FPJ Edit: Britain opts for Johnson’s Brexit

Brexit is now a reality, never mind its consequences. Boris Johnson, who has been its face all along, on Friday won a famous victory on the heady slogan of ‘Get Brexit Done’. He was appointed Prime Minister after Theresa May bowed out in July, but on Friday he led the Conservatives to their biggest win since Margaret Thatcher’s third electoral triumph as prime minister in 1987. Voters weary of over three years of recriminations and delays over Brexit, since the referendum in 2016, settled for Johnson who promised to leave EU beginning end-January. Though he made several  promises, such as 14 new multi-specialty hospitals, 20,000 more policemen, 50,000 more nurses, more funds for sickly NHS, etc, it was his theme song of ‘Get  Brexit done’ which resonated the most with voters. The Conservatives now have a comfortable majority of 78 in a House of 650. The main Opposition, the Labour Party, suffered huge losses. Jeremy Corbyn was probably the most unpopular Labour leader in half-a-century, dividing the top echelons of the party on ideological grounds while firming up his support among the party base spouting hard left policies. In the twenty-first century, there were few takers for his assault on the free market system, promise to re-nationalise wide swathes of public and private industries and services, his latent anti-Semitism, anti-American and pro-Russia tilt in foreign policy, etc. In one word, he was a throwback to the Cold War era while the world had moved on. Corbyn’s Labour dropped 59 seats, winning only 203. The long-time Labour bastions switched to Tories due to Corbyn’s confused stand on Brexit. While he himself claimed to be neutral, he promised to hold yet another referendum on Brexit should voters put him in power, little realising that the hard-core Labour supporters were in the forefront of the Brexit campaign. The white British working class male feeling left out in the economic sweepstakes and deeply resenting the influx of cheap labour from the erstwhile Soviet Bloc countries which had since joined the EU rooted for Brexit while Corbyn’s Labour remained ambivalent on the issue. Small wonder in its traditional strongholds the Tories won seats they had not in more than half a century. On the other hand, strong Remain constituencies in London shunned Labour because of retrograde Labour policies. It was, thus, a win-win situation for Johnson. Yet, Corbyn wouldn’t resign immediately owning responsibility for the worst loss in years, saying the party had to go through a process which can be completed only next year. On the other hand, the leader of the Liberal-Democrats, Jo Swinson, who fared  badly in the poll, herself failing to retain her seat, lost no time in submitting her resignation.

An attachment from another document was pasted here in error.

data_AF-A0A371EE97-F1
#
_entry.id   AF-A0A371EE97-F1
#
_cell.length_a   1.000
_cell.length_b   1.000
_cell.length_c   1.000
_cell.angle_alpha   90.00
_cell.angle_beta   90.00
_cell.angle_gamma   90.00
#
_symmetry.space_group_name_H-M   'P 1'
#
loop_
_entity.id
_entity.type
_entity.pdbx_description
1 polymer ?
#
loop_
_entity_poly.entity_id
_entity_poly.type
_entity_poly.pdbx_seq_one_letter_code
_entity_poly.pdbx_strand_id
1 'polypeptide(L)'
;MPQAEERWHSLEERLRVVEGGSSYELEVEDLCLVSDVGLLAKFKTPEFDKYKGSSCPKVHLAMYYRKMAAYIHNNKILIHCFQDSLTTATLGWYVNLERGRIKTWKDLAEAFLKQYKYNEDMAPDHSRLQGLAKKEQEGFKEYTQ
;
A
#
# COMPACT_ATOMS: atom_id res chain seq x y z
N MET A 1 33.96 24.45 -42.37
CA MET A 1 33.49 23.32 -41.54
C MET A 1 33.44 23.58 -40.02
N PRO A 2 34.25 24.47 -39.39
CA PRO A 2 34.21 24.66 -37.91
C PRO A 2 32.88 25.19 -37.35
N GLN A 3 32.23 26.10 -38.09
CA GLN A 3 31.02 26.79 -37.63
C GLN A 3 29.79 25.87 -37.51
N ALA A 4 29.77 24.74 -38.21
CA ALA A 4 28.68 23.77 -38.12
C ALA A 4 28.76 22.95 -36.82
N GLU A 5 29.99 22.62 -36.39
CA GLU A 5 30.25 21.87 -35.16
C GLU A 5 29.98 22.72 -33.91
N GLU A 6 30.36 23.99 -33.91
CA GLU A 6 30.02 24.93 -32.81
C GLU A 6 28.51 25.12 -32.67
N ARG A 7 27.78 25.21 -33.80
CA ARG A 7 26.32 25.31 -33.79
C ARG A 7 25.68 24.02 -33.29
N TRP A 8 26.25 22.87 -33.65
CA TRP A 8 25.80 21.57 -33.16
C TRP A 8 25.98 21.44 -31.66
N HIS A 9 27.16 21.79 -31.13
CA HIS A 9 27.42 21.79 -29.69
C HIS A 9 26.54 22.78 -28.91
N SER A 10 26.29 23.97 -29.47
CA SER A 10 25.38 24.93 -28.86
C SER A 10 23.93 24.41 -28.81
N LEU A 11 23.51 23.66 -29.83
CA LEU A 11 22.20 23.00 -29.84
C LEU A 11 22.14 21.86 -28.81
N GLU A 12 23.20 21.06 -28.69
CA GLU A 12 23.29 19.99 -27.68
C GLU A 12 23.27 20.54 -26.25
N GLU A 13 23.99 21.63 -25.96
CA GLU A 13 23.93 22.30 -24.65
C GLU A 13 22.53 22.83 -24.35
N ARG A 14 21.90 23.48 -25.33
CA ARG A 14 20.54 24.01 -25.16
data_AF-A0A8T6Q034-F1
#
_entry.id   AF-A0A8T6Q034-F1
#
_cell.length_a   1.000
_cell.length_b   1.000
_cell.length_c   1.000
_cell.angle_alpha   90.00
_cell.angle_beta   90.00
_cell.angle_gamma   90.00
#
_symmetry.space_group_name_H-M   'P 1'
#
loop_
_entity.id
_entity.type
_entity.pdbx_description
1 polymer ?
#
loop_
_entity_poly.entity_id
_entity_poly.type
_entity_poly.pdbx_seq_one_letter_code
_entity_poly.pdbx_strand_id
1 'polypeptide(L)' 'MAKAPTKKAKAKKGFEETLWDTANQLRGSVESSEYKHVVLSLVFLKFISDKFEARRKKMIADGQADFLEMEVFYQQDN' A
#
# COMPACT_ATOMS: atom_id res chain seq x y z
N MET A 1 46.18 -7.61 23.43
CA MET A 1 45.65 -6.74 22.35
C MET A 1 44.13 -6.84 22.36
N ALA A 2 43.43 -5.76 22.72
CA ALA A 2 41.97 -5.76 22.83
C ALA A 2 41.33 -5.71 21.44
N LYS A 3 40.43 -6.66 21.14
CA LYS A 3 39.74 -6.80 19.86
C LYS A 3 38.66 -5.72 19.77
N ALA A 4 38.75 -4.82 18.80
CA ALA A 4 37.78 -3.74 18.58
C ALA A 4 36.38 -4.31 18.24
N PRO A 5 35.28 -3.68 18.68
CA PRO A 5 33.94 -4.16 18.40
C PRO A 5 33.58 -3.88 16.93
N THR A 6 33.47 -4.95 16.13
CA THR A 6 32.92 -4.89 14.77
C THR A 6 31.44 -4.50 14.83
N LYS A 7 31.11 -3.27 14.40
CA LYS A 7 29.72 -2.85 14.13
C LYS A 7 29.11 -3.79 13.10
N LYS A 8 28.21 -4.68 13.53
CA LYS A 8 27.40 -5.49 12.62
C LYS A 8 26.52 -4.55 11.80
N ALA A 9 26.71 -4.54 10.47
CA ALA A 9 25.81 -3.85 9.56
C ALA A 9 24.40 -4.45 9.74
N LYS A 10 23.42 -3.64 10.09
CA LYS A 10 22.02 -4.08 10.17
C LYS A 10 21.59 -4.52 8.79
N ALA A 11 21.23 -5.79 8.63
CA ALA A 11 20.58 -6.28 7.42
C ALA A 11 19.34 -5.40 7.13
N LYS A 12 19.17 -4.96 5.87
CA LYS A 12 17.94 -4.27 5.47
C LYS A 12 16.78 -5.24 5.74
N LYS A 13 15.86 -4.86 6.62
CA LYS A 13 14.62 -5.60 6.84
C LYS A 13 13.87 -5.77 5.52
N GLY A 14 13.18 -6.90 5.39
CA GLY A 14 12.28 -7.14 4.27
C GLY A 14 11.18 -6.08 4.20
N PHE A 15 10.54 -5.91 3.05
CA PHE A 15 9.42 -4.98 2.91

However, breaking the country-wide trend was Scotland where the Scottish National Party under Nicola Sturgeon won 48 seats, 13 more than last time. Immediately the demand for a second referendum for Scotland to decide whether to remain in the UK or become independent was raised, with Sturgeon categorically stating that the big win was for a second referendum. Scotland had voted solidly for Remain in the 2016 referendum. It will find it odd if Britain left the EU, as it would, at the end of January next year. A newly-empowered Johnson realising the strong current for independence in Scotland has already taken to emphasising that his mandate was for ‘One Britain’, for national unity. As it is, after leaving the EU on 31st January, a tough road lies ahead for Britain. Whether the EU will grant a fair trade deal to UK, which thumbed its nose at  the 27-member Union, remains to be seen. In any case, trade agreements can take years and might not meet Johnson’s pressing schedule. Given that he suffers from a trust deficit, his bluff of signing trade agreements with the US, India and a host of other countries might not take long to be called out. The chaos of Brexit can have a destabilising impact on large parts of the British business and industry, regardless of the pound sterling strengthening in the wake of the big Tory win. Britain too is a dwindling power now and would need strong trading partners to boost economic growth. In the last quarter its growth rate was zero. Johnson can no longer hope to run Britain with his swashbuckling, boisterous style. He will have to show that he is capable of hard work and can carry all sections within his party and outside with him as he navigates the tough months and years ahead in quest of fair and productive trade deals with the EU, the US, India, etc.

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